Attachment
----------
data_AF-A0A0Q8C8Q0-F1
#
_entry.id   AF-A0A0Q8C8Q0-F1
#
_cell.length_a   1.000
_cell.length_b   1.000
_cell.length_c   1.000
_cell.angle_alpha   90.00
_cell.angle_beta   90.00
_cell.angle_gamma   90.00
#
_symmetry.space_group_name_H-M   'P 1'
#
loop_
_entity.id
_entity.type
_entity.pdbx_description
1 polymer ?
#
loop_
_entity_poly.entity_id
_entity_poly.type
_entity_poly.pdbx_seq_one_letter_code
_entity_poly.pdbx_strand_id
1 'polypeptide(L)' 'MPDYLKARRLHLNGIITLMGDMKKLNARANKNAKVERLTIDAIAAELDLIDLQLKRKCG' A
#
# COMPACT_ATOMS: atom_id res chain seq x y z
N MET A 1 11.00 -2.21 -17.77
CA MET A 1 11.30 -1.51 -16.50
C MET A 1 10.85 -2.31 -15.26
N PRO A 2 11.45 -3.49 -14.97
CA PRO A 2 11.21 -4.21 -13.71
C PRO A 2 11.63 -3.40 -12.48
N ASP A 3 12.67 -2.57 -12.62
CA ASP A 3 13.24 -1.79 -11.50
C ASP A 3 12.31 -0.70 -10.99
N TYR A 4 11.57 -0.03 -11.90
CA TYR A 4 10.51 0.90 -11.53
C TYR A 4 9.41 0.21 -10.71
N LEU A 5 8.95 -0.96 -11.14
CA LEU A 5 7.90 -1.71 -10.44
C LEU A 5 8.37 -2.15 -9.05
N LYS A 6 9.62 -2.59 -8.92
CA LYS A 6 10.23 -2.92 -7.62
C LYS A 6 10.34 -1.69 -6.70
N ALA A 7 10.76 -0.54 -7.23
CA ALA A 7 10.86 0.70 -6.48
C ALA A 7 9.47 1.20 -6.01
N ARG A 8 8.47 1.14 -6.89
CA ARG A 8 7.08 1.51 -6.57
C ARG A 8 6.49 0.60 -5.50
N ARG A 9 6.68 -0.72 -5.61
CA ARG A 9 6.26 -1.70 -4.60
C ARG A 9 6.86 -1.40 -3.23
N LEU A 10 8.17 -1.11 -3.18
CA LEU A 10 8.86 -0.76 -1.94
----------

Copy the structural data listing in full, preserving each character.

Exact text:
data_AF-A0A0Q8C8Q0-F1
#
_entry.id   AF-A0A0Q8C8Q0-F1
#
_cell.length_a   1.000
_cell.length_b   1.000
_cell.length_c   1.000
_cell.angle_alpha   90.00
_cell.angle_beta   90.00
_cell.angle_gamma   90.00
#
_symmetry.space_group_name_H-M   'P 1'
#
loop_
_entity.id
_entity.type
_entity.pdbx_description
1 polymer ?
#
loop_
_entity_poly.entity_id
_entity_poly.type
_entity_poly.pdbx_seq_one_letter_code
_entity_poly.pdbx_strand_id
1 'polypeptide(L)' 'MPDYLKARRLHLNGIITLMGDMKKLNARANKNAKVERLTIDAIAAELDLIDLQLKRKCG' A
#
# COMPACT_ATOMS: atom_id res chain seq x y z
N MET A 1 11.00 -2.21 -17.77
CA MET A 1 11.30 -1.51 -16.50
C MET A 1 10.85 -2.31 -15.26
N PRO A 2 11.45 -3.49 -14.97
CA PRO A 2 11.21 -4.21 -13.71
C PRO A 2 11.63 -3.40 -12.48
N ASP A 3 12.67 -2.57 -12.62
CA ASP A 3 13.24 -1.79 -11.50
C ASP A 3 12.31 -0.70 -10.99
N TYR A 4 11.57 -0.03 -11.90
CA TYR A 4 10.51 0.90 -11.53
C TYR A 4 9.41 0.21 -10.71
N LEU A 5 8.95 -0.96 -11.14
CA LEU A 5 7.90 -1.71 -10.44
C LEU A 5 8.37 -2.15 -9.05
N LYS A 6 9.62 -2.59 -8.92
CA LYS A 6 10.23 -2.92 -7.62
C LYS A 6 10.34 -1.69 -6.70
N ALA A 7 10.76 -0.54 -7.23
CA ALA A 7 10.86 0.70 -6.48
C ALA A 7 9.47 1.20 -6.01
N ARG A 8 8.47 1.14 -6.89
CA ARG A 8 7.08 1.51 -6.57
C ARG A 8 6.49 0.60 -5.50
N ARG A 9 6.68 -0.72 -5.61
CA ARG A 9 6.26 -1.70 -4.60
C ARG A 9 6.86 -1.40 -3.23
N LEU A 10 8.17 -1.11 -3.18
CA LEU A 10 8.86 -0.76 -1.94